|Publication number||US4931805 A|
|Application number||US 07/194,469|
|Publication date||Jun 5, 1990|
|Filing date||May 16, 1988|
|Priority date||May 16, 1988|
|Publication number||07194469, 194469, US 4931805 A, US 4931805A, US-A-4931805, US4931805 A, US4931805A|
|Inventors||Roger K. Fisher|
|Original Assignee||The Antenna Company|
|Export Citation||BiBTeX, EndNote, RefMan|
|Patent Citations (7), Non-Patent Citations (2), Referenced by (21), Classifications (5), Legal Events (7)|
|External Links: USPTO, USPTO Assignment, Espacenet|
The present invention is directed generally to antennas, and more specifically to a window-mounted vehicle antenna and an improved outside coupling unit
With the advent of cellular mobile telephones the need has arisen for antennas which mount on the window of a vehicle, thereby avoiding the need to drill holes in or otherwise modify the vehicle body. Preferably, such window-mounted antennas should offer a degree of performance comparable with body mounted antennas and should be economical to manufacture and easy to install.
One problem often encountered with such window-mounted antennas, which typically include an inside coupling unit connected to a coaxial feedline and an outside coupling unit on which a rod-shaped radiating element is mounted, is securing the outside unit to the outside surface of the window glass. The coupling unit must not only remain secure under adverse conditions of moisture, contamination, temperature and vibration, but also must be economical to manufacture and install.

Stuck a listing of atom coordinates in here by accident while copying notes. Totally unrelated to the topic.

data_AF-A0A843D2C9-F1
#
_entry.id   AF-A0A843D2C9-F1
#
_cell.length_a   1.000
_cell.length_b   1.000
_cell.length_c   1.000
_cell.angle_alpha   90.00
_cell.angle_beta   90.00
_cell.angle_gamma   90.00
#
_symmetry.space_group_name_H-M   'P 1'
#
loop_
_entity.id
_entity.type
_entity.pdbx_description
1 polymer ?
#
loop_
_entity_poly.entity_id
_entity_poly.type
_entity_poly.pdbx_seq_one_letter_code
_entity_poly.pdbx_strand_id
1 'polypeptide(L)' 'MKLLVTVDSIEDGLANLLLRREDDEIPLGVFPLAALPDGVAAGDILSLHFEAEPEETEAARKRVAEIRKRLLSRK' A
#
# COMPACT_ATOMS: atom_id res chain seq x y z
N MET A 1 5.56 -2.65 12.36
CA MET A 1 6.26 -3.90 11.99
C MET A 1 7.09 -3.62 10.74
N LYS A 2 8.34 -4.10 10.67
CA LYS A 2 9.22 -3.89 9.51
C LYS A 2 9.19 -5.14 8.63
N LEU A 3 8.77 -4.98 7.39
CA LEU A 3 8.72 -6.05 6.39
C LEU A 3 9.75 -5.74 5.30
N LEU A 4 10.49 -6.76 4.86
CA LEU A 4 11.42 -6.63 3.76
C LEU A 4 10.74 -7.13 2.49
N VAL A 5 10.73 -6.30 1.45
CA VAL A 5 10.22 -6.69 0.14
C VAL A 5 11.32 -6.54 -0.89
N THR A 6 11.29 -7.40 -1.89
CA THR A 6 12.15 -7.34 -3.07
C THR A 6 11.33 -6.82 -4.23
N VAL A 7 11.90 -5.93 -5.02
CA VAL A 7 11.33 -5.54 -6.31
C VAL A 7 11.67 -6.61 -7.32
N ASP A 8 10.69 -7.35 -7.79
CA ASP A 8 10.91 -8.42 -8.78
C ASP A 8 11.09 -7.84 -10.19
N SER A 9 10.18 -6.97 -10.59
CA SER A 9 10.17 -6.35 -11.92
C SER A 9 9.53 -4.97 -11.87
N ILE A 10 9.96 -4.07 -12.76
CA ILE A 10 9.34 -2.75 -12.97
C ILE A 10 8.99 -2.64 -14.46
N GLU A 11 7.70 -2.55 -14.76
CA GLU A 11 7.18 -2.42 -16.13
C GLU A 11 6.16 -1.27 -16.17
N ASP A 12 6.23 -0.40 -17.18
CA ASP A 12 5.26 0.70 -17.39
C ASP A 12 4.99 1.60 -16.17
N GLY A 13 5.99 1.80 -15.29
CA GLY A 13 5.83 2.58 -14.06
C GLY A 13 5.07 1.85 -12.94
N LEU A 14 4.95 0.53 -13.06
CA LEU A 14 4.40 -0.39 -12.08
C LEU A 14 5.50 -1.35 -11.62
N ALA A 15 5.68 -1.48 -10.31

The present invention provides a new and improved construction for an antenna coupling unit which offers both improved tolerance to adverse environmental conditions and improved ease of installation.
To these ends, the present invention is directed to an outside coupling unit for a window-mounted antenna which comprises a base including a window engaging portion and a radiating element mounting portion, a radiating element attached to the radiating element mounting portion, and a channel extending around a substantial portion of the periphery of the window engaging portion and defining a generally flat window engaging surface thereon. An adhesive layer overlying a substantial portion of the window engaging surface is provided for adhesively securing the engaging surface to the outside surface of the window. A bead of silicone material is provided in the channel for forming a seal between the base and the outside surface to protect the adhesive layer.
The features of the present invention which are believed to be novel are set forth with particularity in the appended claims. The invention, together with the further objects and advantages thereof, may best be understood by reference to the following description taken in conjunction with the accompanying drawings, in the several figures of which like reference numerals identify like elements, and in which:
FIG. 1 is a perspective view of a window-mounted mobile telephone antenna constructed in accordance with the invention.
FIG. 2 is an exploded perspective view, partially fragmented, showing the principal window engagement elements of the outside coupling module of the antenna.